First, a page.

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Faculty Christmas Lectures for Schools 2013

Posted on 11/12/2013

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The Great Hall was buzzing with activity on Wednesday 4th December 2013, as the School of Natural & Mathematical Sciences (NMS) held its annual Christmas Lectures. Students from schools in and around London came out en masse to hear seven exciting talks from academics at King’s. The Christmas Lectures form part of the School’s events programme, and are aimed at year 12 and 13 students considering science, technology, mathematics or engineering at university.  

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The morning’s event began with a welcome from Professor Michael Luck, who instead of citing King’s historical achievements, focused on King’s now and more recent success stories, including the fact that two alumni from the School  have been awarded Nobel prizes this year. Professor Luck welcomed students and visitors to King’s College London and went on to introduce the first speaker, Dr Wayne Dickson.

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Dr Wayne Dickson, (Department of Physics) presented a lecture entitled ‘Atmospheric light’. His talk focused on the Tyndall effect – the scattering of a beam of light by a medium containing small suspended particles, mirages and more recent research, including invisibility cloaks. 

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Next to address the audience was Dr Amanda Coles (Department of Informatics) who spoke about ‘The travelling Santa problem: an algorithm is for life, not just for Christmas’. Her lecture took on a particularly Christmassy feel, as she took us on a journey across continents to find out how many possible routes Santa could take to deliver his presents! Dr Rivka Isaacson (Department of Chemistry) delivered a lecture entitled ‘Cramming my Christmas stocking: the importance of shapes and packing in biology’.  Her lecture touched upon DNA coding and genes and the chemical structures of amino acids.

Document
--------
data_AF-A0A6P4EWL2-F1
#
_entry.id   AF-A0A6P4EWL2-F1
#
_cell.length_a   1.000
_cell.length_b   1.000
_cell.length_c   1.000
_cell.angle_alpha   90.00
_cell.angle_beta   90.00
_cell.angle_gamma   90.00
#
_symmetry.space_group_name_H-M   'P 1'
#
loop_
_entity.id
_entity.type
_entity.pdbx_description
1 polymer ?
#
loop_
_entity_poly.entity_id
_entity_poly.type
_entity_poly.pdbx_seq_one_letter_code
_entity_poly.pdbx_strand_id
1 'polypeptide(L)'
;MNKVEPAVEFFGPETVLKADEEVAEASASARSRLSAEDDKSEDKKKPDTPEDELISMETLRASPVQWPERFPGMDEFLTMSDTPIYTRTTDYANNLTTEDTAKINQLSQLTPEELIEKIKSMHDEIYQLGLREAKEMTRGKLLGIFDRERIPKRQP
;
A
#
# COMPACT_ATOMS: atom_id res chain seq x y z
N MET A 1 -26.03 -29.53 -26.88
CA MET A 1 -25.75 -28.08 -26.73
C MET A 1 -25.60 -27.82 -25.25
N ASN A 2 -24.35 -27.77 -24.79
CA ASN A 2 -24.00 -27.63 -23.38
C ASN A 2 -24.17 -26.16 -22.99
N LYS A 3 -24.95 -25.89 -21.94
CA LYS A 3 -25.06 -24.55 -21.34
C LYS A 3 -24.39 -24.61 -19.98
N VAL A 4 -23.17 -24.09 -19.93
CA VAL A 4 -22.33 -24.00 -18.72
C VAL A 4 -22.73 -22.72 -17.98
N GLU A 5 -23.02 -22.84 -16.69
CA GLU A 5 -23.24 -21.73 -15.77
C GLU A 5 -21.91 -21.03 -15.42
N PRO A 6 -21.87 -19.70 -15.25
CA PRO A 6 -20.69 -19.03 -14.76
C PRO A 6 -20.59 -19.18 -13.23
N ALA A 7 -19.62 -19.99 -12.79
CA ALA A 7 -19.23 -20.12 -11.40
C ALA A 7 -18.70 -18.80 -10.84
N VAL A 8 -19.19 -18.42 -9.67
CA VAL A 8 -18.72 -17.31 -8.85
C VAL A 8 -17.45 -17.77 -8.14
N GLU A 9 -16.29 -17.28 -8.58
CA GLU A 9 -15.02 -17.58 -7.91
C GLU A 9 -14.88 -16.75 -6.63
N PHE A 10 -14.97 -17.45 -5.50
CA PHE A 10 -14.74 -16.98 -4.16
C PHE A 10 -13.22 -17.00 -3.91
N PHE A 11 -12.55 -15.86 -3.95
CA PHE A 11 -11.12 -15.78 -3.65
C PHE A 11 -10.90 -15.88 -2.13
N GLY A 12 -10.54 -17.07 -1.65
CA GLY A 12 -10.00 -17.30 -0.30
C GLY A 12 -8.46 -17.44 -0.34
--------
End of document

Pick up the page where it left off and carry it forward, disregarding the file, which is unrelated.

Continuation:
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This lecture was followed by a refreshment break, during which students could experiment with an octopus-inspired medical robot!

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After the break Dr Cristin Buescu (Department of Mathematics) spoke about ‘Making orange juice with your toaster: why we need a better understanding of mathematics to avoid a financial crisis’. This lecture focused on the possible causes of the recent financial crisis and differential equations as mathematical tools. 

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Dr Hana Chockler’s (Department of Informatics) lecture entitled ‘Why was I late for school?’ took us through the process of correctly setting an alarm clock and the means to check computerised components. Dr Sarah Barry (Department of Chemistry) spoke about ‘How chemistry makes Christmas yummy’. Her lecture focused on the concept of smell and how certain foods and spices, particularly those common at Christmas, such as cinnamon and turkey, come to smell the way they do. Dr Barry's lecture left us all feeling very hungry! The final lecture was given by Dr Oleg Aslanidi (Biomedical Engineering) whose lecture was titled ‘Simulate me: engineering the virtual human’. His talk led us through a current project to simulate the human body and replicate the heart, muscle movement and blood flow of a human.

The lectures were followed by mince pies and hot chocolate, and a chance to tour the campus. Students went away from the Christmas Lectures with a better understanding of what King’s can offer as well as an insight into the modern world of science and mathematics. 

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Check out our Flickr page for all the photos.

 

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